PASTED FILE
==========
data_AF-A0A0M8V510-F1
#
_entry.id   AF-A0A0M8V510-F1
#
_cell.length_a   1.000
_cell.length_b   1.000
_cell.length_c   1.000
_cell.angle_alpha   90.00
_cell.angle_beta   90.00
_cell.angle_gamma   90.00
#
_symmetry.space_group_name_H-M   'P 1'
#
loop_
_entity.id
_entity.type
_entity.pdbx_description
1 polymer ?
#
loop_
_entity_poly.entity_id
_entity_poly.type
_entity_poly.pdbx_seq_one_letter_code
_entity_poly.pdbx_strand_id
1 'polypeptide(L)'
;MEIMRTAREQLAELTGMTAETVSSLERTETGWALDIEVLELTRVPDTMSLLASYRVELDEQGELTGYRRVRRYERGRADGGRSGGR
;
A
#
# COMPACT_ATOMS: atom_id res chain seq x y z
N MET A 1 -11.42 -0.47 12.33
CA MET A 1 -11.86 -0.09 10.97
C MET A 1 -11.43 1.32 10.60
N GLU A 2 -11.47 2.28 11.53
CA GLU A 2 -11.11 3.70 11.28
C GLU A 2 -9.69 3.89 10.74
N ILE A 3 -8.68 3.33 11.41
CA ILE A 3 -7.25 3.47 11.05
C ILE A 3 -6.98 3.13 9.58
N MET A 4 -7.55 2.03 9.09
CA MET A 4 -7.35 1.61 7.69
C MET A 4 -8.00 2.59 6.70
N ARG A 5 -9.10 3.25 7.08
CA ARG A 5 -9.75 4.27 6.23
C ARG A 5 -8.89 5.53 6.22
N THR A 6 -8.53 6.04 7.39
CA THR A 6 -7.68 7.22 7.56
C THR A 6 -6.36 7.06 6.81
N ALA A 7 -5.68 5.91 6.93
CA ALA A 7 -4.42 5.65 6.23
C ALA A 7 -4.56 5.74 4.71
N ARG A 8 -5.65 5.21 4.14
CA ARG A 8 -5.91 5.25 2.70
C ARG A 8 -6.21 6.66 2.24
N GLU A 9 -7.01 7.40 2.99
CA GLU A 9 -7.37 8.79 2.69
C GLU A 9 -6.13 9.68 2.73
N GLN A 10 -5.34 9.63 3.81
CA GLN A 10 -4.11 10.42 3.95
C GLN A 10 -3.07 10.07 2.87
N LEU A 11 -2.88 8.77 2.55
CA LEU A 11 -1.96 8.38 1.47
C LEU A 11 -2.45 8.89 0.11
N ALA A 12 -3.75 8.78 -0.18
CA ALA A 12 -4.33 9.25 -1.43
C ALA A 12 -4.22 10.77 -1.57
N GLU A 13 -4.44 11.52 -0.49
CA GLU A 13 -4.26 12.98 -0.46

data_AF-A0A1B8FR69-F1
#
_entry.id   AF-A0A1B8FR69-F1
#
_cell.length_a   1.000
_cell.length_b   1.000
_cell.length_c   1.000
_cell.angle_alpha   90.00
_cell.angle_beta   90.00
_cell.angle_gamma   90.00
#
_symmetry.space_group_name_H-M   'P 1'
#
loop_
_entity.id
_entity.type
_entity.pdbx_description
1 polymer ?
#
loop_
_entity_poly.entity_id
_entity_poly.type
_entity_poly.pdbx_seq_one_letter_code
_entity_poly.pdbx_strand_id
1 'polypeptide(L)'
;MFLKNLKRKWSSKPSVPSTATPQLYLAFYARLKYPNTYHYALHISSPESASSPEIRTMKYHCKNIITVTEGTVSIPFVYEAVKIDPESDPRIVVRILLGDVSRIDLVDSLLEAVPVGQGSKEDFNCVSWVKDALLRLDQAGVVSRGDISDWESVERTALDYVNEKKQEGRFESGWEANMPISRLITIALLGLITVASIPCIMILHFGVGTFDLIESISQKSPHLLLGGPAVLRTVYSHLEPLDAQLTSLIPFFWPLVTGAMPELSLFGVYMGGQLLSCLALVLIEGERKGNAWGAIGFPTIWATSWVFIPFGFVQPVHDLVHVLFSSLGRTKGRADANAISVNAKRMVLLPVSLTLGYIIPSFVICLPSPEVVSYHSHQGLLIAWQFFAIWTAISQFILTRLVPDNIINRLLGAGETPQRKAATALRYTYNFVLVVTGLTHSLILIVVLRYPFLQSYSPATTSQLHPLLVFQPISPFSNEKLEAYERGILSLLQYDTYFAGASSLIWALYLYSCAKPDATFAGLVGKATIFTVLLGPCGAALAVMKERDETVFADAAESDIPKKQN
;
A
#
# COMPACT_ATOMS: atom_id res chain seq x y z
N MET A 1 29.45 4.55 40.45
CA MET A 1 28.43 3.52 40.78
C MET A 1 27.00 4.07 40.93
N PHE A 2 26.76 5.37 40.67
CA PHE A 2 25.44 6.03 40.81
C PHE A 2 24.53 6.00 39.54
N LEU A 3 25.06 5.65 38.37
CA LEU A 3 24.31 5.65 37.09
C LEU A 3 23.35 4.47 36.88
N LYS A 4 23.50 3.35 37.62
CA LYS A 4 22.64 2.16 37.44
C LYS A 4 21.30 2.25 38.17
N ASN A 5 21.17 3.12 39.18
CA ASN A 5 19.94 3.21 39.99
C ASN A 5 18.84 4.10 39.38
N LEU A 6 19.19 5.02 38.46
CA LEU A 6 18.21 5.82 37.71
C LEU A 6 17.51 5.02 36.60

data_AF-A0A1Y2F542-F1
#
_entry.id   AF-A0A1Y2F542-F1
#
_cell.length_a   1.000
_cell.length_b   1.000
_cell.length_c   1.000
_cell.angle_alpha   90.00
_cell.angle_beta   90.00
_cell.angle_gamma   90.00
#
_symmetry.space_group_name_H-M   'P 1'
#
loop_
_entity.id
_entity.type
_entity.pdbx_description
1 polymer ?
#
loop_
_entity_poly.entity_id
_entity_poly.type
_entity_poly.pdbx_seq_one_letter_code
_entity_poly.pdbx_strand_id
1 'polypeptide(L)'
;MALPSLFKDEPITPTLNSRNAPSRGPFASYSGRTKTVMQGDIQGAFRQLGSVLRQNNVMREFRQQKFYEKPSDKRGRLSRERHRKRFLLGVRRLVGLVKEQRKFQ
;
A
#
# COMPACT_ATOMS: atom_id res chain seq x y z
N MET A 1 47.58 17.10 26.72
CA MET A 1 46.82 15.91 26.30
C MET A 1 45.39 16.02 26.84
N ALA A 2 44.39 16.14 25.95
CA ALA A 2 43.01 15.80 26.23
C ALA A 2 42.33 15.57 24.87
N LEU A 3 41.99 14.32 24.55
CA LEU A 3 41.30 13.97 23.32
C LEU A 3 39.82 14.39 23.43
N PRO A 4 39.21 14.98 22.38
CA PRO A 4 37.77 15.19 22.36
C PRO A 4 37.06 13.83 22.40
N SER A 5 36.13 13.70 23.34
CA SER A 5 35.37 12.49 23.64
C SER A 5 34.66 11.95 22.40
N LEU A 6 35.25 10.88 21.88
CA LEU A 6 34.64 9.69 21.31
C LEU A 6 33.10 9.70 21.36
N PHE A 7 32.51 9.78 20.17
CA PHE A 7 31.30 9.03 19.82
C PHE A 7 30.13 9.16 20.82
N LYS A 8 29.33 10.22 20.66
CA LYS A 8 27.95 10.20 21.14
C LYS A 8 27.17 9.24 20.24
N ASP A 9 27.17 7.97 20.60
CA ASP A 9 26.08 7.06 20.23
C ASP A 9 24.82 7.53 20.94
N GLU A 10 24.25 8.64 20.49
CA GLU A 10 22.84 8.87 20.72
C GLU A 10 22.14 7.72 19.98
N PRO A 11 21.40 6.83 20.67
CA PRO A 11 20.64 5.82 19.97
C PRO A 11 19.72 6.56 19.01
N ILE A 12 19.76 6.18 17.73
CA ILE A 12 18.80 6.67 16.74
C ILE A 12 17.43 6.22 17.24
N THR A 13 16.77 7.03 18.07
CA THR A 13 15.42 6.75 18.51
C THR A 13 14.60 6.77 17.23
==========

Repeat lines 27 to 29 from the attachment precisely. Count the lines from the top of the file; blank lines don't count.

;
A
#